Posted by Rob Knies

Parikshit Gopalan, Jin Li, Sergey Yekhanin, and Cheng Huang

A couple of years ago, a few Microsoft researchers published a couple of interesting papers on storage efficiencies. Now, with breathtaking speed, the concepts in those papers have been embraced across the cloud-computing world.

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Technological change can occur at lightning speed. Parikshit Gopalan, Cheng Huang, and Sergey Yekhanin can testify to that.

In November 2012, Gopalan, Huang, and Yekhanin, along with Huseyin Simitci of Windows Azure Storage (now Microsoft Azure Storage), had their paper On the Locality of Codeword Symbols, published in IEEE Transactions on Information Theory.

Erasure-Coding Theory Paper Gains Acclaim

During ISIT 2014, the IEEE International Symposium on Information Theory, being held June 29-July 4 in Honolulu, the authors of that paper received the IEEE Communications Society & Information Theory Society Joint Paper Award. The honor goes to outstanding papers published in a publication of the Communications Society or the Information Theory Society within the previous three calendar years.

The winning paper is an in-depth theoretical study of relations between code parameters needed for data-storage applications. Erasure Coding in Windows Azure Storage—an earlier systems paper written by Microsoft’s Huang, Simitci, Yikang Xu, Aaron Ogus, Brad Calder, Gopalan, Jin Li, and Yekhanin—pointed the way for a new method to achieve more efficient storage in the cloud. It, too, garnered plenty of attention, winning a best-paper award during the 2012 USENIX Annual Technical Conference. The co-authors of the Erasure Coding paper also earned a Microsoft Technical Community Network Storage Technical Achievement Award in 2013 for outstanding achievement and contribution to Microsoft software technology.

Code Requirements

“The project started with Cheng and Jin Li having the idea that Azure might benefit from adopting some new kind of erasure codes,” Yekhanin says. “Parikshit and I joined the team. Together, we developed an abstract mathematical framework that captures the requirements for codes that arise in distributed storage applications.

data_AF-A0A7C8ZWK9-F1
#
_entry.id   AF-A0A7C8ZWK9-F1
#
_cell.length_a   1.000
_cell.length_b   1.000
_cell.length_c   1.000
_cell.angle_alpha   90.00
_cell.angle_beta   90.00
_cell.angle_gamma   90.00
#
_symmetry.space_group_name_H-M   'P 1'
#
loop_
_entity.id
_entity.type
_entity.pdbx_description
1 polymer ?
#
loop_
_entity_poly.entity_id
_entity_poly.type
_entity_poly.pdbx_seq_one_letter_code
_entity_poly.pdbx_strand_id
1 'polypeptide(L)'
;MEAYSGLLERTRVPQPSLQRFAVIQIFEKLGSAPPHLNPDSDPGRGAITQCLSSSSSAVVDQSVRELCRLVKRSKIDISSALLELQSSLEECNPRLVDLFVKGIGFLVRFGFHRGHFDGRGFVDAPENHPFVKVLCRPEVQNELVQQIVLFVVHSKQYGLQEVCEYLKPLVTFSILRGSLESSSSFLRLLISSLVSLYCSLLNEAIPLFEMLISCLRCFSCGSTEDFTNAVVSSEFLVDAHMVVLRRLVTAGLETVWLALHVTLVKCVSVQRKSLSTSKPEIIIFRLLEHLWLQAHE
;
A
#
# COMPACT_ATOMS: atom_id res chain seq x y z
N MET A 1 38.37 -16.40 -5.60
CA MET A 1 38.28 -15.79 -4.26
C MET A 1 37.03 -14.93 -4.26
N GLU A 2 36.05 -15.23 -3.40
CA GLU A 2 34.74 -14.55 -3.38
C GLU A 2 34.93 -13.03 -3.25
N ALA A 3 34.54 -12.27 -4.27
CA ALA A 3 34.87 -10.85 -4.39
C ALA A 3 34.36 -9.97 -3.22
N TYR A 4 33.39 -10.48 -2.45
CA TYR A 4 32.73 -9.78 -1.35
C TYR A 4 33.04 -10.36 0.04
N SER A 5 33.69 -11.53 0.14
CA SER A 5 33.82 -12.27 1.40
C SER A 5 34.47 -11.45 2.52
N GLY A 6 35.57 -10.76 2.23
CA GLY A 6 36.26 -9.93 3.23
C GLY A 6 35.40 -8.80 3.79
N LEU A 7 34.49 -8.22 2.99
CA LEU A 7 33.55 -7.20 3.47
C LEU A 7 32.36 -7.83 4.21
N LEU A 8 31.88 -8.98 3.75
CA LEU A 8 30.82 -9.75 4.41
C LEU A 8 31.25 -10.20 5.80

“The key differences from classical coding-theory setup is that here, we want codes that provide ‘locality’—the ability to recover lost data quickly in typical failure scenarios. We designed codes, later adopted by Azure, and also proved that our codes are optimal in a certain strict mathematical sense.”

Gopalan, who will be traveling to Honolulu to accept the Joint Paper Award, provides a bit more detail.

“This is very much a theory paper,” he says. “Its main contribution is a lower bound, saying that any code with certain properties needs to have certain length. But it arose from a very practical setting: We were trying to show that a particular code we had suggested to Azure was optimal.

“It is gratifying that a lower bound—a result saying that you cannot do any better than something—should have such practical significance. The results there turn out to have real predictive power in telling us what properties are achievable by code and what are not. It certainly helped in our interactions with product groups to be able to say that our constructions are provably optimal.”

Local Reconstruction Codes

Erasure coding, a powerful math tool that reduces the space required to store data, relies on shortened descriptions of data for reassembly and delivery to users. Local Reconstruction Codes (LRC) enable quicker data reconstructions, and the result is reduced time and costs for data retrieval.

Local Reconstruction Codes have been adopted throughout all Microsoft storage production lines, from the cloud to enterprise and the desktop. It was first deployed in Azure Storage in 2012, to great acclaim. In 2013, LRC also shipped with Windows Server 2012 R2 and Windows 8.1.

Huang cites great collaboration with partners from Windows storage teams.

“We are very lucky to work with fantastic business partners, the Azure Storage team and the Windows Storage Spaces team. LRC wouldn’t have gone anywhere without them taking a leap of faith and making their contributions.”

At first, erasure coding was a solution for a problem that didn’t exist. But when it eventually did …

“It took a long time to bear fruit, from research to production,” Huang says. “When we started exploring this direction and published earlier papers in 2007, there was very little interest from business groups. Literally, every team we talked to told us that disks were getting bigger and cheaper every day. Redundancy could be easily achieved with replication, and there was no need to bother with erasure coding.

“It is very telling to see how cloud computing has completely turned the world around in several years. Now, the industry is at a point that no one in the cloud business—not only Microsoft, but also Amazon, Facebook, Google, and others—can be competitive or even survive without erasure coding.”